5 Things Your Girlfriends Forgot to Mention: Things to bring to the hospital when having a baby
1. Knee High Socks
While the no-slip hospital socks are fine and good, they don't keep you very warm when your legs are up in the air and certainly don't cover the leg hair you couldn't shave because you can't bend over to see it. If it's your first time having a baby, your hospital may require you to wear inexpensive socks with no-slip bottoms so you don't end up on the floor on your trips to the bathroom. I bring striped or decorative knee-high socks not only to entertain the nurses, but to keep my legs warm. This is especially nice if you are giving birth the natural way (vaginally-highly encouraged!). Also, it helps hide the foot-long leg hair you couldn't shave, because at some point now or in the future you will barely be able to see your toes, let alone your legs to stand steady enough to shave them.
2. Notebook or Pad of Paper
The hospital will likely have a pen you can borrow but having a notebook or pad of paper with you while you wait between contractions (yes, sometimes there's plenty of time for tic-tac-toe or hangman) will keep you busy with your husband, older kids, your mom or other guardian angels that happen to be in the room with you during labor, or after. If you use a small notebook like a Moleskin, you can easily mark the date and stow it away as a keepsake for who was there at the birth and make a time-capsule with your hospital bands and newborn hospital cap. It's also great to write down your baby's first eat, sleep and poops because the docs and nurses will ask "how often" to make sure everything is normal.
3. Eye Mask/Sleeping Mask
Wether you're trying to catch a catnap during contractions, or your baby has arrived and you are resting in-between feedings, a sleep mask to block out the light should help you catch some z's. Unless you are independently wealthy with a full-time nanny, not nursing and/or think you can stop time, your sleep schedule will be interrupted every 2-4 hours and your body will need to recover from the trauma. The more sleep you get, the better chance of recovery from the hardship of labor and delivery, or cesarean. Throw the youthful adage of "You can sleep when you're dead." out the window and try to achieve R.E.M at all costs. If you're nursing or had a cesarean, this is especially important.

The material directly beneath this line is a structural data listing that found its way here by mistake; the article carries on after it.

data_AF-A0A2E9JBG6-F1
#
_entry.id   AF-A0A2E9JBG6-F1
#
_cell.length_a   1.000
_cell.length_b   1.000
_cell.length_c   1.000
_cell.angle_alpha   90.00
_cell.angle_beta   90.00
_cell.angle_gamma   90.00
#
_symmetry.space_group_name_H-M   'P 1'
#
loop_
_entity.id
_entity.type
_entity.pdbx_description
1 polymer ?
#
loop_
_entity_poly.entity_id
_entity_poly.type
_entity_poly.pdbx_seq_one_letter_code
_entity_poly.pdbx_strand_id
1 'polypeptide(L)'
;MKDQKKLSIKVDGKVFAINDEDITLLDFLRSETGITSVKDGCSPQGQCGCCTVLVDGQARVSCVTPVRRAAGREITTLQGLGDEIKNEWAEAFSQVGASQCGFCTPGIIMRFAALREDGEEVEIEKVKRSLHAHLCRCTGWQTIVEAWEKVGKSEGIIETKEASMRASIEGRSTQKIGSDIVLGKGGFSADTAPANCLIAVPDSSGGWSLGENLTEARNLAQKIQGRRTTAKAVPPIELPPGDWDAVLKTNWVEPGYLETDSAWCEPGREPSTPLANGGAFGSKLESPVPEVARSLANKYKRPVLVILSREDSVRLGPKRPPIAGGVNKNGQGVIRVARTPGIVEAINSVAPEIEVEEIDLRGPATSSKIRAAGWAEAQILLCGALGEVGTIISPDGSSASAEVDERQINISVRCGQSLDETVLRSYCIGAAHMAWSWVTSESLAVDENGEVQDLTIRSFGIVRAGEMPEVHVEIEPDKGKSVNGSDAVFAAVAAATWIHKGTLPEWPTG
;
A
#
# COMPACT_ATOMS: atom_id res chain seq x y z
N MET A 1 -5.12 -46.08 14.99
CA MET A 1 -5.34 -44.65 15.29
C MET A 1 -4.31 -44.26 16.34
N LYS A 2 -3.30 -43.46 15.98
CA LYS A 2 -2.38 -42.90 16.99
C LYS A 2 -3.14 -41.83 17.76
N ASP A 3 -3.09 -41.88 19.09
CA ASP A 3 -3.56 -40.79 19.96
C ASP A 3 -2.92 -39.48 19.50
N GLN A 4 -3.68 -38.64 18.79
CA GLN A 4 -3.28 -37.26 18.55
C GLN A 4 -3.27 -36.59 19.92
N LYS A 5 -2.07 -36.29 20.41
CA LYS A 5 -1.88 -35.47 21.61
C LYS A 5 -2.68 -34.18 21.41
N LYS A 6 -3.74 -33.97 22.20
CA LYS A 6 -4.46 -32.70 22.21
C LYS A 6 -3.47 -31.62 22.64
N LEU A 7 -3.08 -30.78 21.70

4. A Loved One Other Than The Father/Partner
If Daddy/Partner is there, great. If he isn't, or can't be, ok. If he's there and taking care of the older kids, holding your hand during labor, going back to the house to feed the pets, sending texts or emails to work, family members, the Facebook world, etc., well then he's got his hands full. Whoever this caretaker is in your life that you rely on, this person is just as overwhelmed as you are. They are preparing for a new life while trying to maintain the status quo of the old one. The cats, rats, turtles or dogs don't get fed by you while you are heave-hoing in labor; somebody's got to do it. So give your partner some relief and appoint 1 or 2 people to come to the hospital to support you if/when your partner cannot be there. Remember, it takes a village and these are your 'people.' I don't recommend too many in the delivery room depending on space, but an extra hand in the waiting room can make all the difference.
5. Stool Softener
Having this in your hospital bag may be a genius foresight, especially if you are given any pain medications as they tend to stop you up. It seems a dirty business, but whichever method you give birth, you don't want to have additional pains while trying to go #2 considering either your hoo-ha or your cesarean stitches are throbbing after your little one arrives.
All of these items are lightweight and small (#4 is negotiable considering they can carry themselves), so it's very low risk if you don't end up using them for one reason or another. Did you have an item that saved you, enhanced your hospital stay ten-fold or made you swear you'd tell a friend it's a must-have? I'd like to know. You are the part of this village too.
Here are some additional items that I thought were fun and unique:
- Instant or film camera: both Fuji Instax and Lomography cameras are unique ways of capturing this wonderful event in your life
- Favorite (neck) pillow or stuffed animal: After you give birth, this may help in comforting you in your stiff hospital bed so you can sleep
- Thank you cards for the nurses: Doctors and Midwives are great but bringing a thank you card to write to the dedicated nurses of your maternity ward will make you hero of the day. They (usually women) may have been in the profession for ages, rarely getting the credit they deserve for taking care of you while you're bringing a new life into this world, and taking care of your new, fragile baby. Being a nurse can be a thankless job but you can make it thankful by sending them a note if your experience with them was up to your standards or beyond. If you have an instant camera, then the photo of you and your baby will likely be put on their wall of fame at the nurses station!
There are many lists of recommended items that include: photo ID, snacks, cell phone charger with long extension cord, makeup, toothbrush, etc., so please seek out those essentials lists if you haven't already.
Bonne chance, ladies! Here's to happy healthy moms and babies!
Mercy Health Hospital of St. Louis (delivery room)
Rhett Sutphin (family in waiting room)
Sloan Poe (baby)